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Fly-fishing: Spey casters’ ranks growing

Fly-fishing: Spey casters’ ranks growing

Not so long ago, most fly-fishers probably thought the only kind of rods that required two hands to

Not so long ago, most fly-fishers probably thought the only kind of rods that required two hands to cast were spinning or bait-casting rigs — and big ones, at that.

A fly rod was cast with one hand, the other managed slack line. But for the past decade, two-handed fly rods have been growing steadily in popularity.

It’s becoming common to see them in action on the Salmon River in Oswego County. The sight of anglers sweeping long rods in snap-T and double Spey casts on the river’s pools and runs represents another step in the evolution of Great Lakes salmon and steelhead fishing.

Often, the anglers with two-handed rods are rotating — that is, taking turns — and swinging big, bright streamers just under the surface. They may catch fewer fish than anglers bouncing nymphs on the bottom or hanging egg patterns under bobbers, but they’re convinced they enjoy it more.

“Ten years ago there were four of us,” said Malinda Barna, owner of Malinda’s Fly and Tackle Shop on the Salmon River in Altmar, a Spey-fishing headquarters on the river. “Now, there’s probably 400.”

Two-handed or Spey fishing — the terms are used interchangeably today — is said to have been developed on the River Spey in Scotland, one of the great salmon rivers of the British Isles. The various Spey casts are much like roll casts, in that they require no backcast. That’s a big advantage when the river’s too deep to wade and the bank behind you is thick with trees.

There are other advantages. A Spey caster can throw a line with a sinking head and a large streamer 70 feet or more with barely any effort, and therefore can show his line to more fish. When a heavy, hard-charging steelhead does come up and grab the fly, the big rod has the backbone to fight and land it.

Finally, Spey fishing provides something fly-fishers are always looking for: a fresh challenge.

“It’s something new, and people are always looking for something new to do,” Barna said. “Spey fishing is more for people that have less interest in just hooking fish and more interest in the actual art and enjoyment of fly-fishing itself. It’s really a community, a real camaraderie in Spey fishing that was lost up here in the chuck-and-duck fishing.”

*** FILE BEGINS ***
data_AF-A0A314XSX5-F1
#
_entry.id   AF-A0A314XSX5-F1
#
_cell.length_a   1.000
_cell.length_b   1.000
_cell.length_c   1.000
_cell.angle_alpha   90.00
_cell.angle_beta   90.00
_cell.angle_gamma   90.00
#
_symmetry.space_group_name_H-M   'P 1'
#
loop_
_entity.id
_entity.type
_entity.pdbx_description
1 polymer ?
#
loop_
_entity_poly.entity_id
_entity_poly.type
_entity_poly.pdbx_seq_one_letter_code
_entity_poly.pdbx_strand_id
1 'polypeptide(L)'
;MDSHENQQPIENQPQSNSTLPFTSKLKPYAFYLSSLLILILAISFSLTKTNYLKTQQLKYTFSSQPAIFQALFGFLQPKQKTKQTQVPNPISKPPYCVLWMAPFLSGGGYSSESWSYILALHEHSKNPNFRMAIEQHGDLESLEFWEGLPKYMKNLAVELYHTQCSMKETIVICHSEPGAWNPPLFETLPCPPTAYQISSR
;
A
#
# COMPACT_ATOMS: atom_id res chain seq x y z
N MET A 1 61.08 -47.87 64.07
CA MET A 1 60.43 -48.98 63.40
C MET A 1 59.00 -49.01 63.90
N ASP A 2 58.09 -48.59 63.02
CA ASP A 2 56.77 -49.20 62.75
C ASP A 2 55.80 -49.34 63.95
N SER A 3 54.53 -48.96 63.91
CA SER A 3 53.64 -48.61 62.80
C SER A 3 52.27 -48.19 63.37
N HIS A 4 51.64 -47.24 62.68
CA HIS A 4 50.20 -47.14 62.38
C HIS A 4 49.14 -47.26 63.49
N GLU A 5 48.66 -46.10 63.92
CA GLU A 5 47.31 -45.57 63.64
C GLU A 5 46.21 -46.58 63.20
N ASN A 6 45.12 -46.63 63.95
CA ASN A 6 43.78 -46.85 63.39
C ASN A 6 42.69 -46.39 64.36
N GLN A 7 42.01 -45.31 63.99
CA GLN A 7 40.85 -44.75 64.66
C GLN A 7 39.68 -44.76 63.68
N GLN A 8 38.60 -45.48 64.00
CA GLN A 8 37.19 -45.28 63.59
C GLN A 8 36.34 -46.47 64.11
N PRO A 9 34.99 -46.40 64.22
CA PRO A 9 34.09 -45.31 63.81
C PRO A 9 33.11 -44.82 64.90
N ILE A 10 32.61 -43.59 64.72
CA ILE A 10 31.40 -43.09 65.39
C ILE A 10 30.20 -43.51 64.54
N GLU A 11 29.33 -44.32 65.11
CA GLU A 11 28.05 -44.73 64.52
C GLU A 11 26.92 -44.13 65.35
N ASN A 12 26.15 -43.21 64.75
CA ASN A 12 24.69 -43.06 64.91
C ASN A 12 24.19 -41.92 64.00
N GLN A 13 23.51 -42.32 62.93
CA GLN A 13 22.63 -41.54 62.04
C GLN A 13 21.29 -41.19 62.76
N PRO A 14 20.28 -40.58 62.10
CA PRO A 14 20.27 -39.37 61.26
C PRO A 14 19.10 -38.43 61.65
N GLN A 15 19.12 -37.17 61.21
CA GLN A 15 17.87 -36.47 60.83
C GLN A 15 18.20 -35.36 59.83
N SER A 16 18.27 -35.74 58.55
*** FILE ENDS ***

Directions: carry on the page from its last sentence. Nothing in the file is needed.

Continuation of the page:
Spey fishers are still a minority on the Salmon River. Most fly-fishers use nymphs or egg patterns, fished deeply in slow pools, in the belief that 33-degree water makes steelhead too sluggish to chase streamers. But Loren Williams, a guide from Westvale, near Syracuse, makes a living mainly by showing clients how to catch steelheads by swinging streamers, even in the dead of winter.

“Some fish won’t come to the fly. I don’t want to catch those fish,” Williams said. “I want the ones that are aggressive enough to come after the fly.”

The two-handed rod allows him to cover enough water to find them.


Alex Cerveniak of Clifton Park knows a little about swinging steelhead flies. OK, he actually knows a lot. He also knows a lot about tying flies, and will show how it’s done at the next meeting of the Clearwater Chapter of Trout Unlimited Jan. 17 at the Best Western Sovereign Hotel, Western Avenue, Albany.

The guest speaker at the meeting will be Dave Somoza, a fifth grade teacher at Francis L.

Stevens Elementary School in Ballston Lake, whose students raise salmon fry in the classroom and release them in the spring to a tributary of Great Sacandaga Lake. The meeting will begin at 7:30 p.m. and the fly-tying demo at 6:30. Both are free and the public is invited. Clearwater’s website is www.clearwatertu.org.

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